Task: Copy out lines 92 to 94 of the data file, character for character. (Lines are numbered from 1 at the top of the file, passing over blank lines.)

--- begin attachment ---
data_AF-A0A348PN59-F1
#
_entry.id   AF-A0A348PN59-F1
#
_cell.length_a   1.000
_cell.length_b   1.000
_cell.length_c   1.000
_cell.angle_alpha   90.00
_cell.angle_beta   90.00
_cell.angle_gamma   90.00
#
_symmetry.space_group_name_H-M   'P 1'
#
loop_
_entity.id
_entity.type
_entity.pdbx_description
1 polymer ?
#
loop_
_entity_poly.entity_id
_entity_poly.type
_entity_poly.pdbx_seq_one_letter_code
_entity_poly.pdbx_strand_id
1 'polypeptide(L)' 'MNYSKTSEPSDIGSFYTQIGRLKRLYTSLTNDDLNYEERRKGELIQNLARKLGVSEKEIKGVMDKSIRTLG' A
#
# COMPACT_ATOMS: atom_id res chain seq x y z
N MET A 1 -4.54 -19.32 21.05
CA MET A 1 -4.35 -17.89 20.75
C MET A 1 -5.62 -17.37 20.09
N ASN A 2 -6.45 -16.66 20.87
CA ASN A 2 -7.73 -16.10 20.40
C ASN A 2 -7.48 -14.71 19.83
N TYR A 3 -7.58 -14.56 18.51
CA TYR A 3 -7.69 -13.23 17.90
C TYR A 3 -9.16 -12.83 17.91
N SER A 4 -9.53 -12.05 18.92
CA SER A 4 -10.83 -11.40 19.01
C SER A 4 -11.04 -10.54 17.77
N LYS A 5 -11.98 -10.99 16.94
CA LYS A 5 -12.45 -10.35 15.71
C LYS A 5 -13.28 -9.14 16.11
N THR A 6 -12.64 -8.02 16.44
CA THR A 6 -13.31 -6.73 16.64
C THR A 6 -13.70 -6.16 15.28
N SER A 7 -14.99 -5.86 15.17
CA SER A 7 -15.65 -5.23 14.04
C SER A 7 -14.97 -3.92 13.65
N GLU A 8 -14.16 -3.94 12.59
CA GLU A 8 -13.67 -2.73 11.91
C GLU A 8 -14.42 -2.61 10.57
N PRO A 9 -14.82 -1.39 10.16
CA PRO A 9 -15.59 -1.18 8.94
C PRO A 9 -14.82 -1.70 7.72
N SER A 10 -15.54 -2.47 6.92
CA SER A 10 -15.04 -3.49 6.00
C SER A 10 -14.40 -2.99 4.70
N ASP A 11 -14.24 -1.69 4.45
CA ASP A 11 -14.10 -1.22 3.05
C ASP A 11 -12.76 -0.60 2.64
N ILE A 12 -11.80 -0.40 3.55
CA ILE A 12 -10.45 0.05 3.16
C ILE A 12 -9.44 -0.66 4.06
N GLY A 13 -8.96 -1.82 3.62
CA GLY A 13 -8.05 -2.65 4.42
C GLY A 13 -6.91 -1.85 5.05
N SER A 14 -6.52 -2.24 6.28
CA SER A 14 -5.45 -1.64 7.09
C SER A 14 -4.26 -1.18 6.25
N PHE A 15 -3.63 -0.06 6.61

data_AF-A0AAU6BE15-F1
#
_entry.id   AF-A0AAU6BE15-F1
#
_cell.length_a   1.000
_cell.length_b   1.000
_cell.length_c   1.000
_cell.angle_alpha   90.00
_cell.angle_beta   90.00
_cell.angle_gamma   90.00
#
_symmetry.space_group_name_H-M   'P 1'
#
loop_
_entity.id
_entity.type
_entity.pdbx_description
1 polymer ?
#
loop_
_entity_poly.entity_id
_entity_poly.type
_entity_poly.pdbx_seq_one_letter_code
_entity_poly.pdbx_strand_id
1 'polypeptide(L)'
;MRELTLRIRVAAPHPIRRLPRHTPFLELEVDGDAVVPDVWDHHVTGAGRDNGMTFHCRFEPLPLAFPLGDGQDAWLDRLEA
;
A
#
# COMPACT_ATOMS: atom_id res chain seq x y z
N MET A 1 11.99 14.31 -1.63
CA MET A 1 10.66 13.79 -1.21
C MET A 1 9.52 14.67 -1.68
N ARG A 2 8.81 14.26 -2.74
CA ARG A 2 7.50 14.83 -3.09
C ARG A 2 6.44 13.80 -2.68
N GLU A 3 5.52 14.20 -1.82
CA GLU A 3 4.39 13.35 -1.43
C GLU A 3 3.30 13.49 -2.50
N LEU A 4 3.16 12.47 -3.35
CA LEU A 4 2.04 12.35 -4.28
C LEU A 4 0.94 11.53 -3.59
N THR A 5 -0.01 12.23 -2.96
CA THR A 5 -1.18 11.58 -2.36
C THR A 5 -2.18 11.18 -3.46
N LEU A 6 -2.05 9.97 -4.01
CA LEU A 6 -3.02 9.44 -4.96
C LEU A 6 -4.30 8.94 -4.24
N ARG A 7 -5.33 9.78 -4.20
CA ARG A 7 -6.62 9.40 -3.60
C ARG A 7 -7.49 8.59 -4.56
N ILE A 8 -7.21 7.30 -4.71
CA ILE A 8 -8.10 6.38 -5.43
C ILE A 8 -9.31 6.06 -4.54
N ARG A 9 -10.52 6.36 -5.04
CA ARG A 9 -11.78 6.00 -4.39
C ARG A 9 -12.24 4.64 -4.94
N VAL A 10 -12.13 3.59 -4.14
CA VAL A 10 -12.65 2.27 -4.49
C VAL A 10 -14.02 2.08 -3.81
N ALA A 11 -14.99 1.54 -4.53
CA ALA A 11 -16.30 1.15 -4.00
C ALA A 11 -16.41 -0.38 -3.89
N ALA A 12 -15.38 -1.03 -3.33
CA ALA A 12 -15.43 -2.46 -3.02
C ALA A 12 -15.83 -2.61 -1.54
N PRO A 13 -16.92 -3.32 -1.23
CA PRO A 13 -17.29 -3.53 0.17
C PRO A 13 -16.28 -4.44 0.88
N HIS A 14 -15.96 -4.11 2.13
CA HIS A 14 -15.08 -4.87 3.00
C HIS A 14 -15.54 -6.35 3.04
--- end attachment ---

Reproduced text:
_entity_poly.type
_entity_poly.pdbx_seq_one_letter_code
_entity_poly.pdbx_strand_id